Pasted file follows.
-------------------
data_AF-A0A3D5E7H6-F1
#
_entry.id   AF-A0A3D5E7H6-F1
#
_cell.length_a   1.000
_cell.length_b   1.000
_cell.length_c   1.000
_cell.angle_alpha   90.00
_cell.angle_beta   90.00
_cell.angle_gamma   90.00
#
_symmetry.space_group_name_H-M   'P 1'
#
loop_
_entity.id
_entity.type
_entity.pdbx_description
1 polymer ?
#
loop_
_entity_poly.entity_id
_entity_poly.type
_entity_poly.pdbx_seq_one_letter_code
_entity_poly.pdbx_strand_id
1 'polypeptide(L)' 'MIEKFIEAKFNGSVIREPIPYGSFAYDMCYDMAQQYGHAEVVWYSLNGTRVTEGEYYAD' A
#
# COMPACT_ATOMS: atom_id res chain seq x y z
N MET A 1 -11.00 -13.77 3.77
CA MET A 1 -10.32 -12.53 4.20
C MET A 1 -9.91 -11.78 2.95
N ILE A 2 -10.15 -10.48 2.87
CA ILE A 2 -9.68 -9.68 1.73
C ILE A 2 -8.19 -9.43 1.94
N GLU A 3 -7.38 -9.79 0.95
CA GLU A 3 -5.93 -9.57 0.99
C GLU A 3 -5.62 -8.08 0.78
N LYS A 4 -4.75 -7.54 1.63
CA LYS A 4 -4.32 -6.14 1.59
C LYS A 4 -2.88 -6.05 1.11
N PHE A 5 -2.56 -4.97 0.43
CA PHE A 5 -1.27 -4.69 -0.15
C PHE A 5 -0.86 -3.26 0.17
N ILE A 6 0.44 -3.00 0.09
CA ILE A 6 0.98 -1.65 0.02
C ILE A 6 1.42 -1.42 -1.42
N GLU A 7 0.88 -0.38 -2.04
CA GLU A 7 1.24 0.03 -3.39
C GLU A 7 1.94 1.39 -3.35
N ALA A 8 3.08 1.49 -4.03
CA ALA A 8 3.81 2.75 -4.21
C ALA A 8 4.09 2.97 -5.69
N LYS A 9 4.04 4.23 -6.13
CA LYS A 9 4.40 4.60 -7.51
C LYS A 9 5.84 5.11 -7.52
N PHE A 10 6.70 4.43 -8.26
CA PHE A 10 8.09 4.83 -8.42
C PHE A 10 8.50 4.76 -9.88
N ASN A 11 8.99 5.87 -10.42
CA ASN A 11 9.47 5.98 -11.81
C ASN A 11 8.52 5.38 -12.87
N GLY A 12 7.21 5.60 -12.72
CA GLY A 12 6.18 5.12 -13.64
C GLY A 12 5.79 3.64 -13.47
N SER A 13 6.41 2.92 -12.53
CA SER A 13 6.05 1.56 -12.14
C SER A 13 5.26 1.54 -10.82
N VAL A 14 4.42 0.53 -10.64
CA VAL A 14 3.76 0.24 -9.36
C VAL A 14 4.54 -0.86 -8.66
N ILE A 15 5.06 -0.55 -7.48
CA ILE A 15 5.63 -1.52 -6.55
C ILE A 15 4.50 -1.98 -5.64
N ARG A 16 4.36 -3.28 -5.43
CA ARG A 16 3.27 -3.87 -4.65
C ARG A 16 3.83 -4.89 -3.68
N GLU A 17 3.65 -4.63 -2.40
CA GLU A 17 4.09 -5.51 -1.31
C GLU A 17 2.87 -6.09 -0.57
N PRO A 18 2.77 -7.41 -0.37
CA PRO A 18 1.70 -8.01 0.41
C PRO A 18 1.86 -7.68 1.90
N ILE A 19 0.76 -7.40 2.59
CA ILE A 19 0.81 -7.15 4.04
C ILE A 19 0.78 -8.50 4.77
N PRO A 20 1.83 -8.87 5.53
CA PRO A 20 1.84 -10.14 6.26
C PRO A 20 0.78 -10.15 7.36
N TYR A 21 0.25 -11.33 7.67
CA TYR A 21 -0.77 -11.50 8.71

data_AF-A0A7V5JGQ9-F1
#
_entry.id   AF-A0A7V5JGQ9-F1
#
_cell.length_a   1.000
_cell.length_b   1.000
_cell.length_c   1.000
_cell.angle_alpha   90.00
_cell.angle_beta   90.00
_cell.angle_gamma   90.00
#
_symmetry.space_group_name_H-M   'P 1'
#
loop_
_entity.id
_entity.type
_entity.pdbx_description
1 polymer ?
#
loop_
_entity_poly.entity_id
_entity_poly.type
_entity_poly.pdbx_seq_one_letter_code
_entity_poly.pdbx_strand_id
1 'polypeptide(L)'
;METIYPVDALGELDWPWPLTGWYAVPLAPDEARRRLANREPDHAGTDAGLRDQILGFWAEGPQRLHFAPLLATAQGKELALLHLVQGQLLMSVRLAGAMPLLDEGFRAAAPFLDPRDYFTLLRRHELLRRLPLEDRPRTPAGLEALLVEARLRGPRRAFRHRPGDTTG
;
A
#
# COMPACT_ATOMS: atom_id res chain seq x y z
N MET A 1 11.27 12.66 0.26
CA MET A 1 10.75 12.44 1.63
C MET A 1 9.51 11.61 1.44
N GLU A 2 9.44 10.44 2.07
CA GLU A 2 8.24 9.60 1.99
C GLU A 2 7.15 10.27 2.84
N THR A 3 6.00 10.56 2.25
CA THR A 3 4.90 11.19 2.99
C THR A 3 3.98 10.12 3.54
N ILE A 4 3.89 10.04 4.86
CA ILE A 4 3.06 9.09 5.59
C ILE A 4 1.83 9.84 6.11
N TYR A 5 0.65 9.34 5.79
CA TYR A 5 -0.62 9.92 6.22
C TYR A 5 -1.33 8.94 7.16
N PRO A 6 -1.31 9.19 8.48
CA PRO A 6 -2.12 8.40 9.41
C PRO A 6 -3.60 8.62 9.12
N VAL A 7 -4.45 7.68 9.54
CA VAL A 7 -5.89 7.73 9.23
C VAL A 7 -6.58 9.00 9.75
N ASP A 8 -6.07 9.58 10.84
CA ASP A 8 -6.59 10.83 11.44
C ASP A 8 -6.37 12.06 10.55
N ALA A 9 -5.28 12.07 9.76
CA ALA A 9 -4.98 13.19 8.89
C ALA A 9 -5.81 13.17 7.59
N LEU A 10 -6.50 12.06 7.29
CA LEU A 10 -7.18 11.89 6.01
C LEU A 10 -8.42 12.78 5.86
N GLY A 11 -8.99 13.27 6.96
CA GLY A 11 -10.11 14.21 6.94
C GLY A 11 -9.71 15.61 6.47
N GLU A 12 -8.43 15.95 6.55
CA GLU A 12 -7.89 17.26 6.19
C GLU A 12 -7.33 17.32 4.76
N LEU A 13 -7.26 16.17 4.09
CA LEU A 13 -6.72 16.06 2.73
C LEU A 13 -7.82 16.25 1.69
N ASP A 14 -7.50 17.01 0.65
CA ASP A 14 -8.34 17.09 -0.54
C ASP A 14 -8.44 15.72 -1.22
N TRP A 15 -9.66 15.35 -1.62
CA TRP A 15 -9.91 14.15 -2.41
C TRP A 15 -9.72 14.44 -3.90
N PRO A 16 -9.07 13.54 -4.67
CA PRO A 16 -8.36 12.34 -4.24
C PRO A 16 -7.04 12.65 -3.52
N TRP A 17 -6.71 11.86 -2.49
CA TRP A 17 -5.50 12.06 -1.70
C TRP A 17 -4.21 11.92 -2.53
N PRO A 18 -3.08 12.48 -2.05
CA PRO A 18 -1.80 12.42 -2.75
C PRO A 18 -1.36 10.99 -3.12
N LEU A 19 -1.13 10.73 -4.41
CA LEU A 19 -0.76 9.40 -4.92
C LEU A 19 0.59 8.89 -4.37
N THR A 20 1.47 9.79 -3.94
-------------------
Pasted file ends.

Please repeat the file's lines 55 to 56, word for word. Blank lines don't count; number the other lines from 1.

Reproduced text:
N PHE A 10 6.70 4.43 -8.26
CA PHE A 10 8.09 4.83 -8.42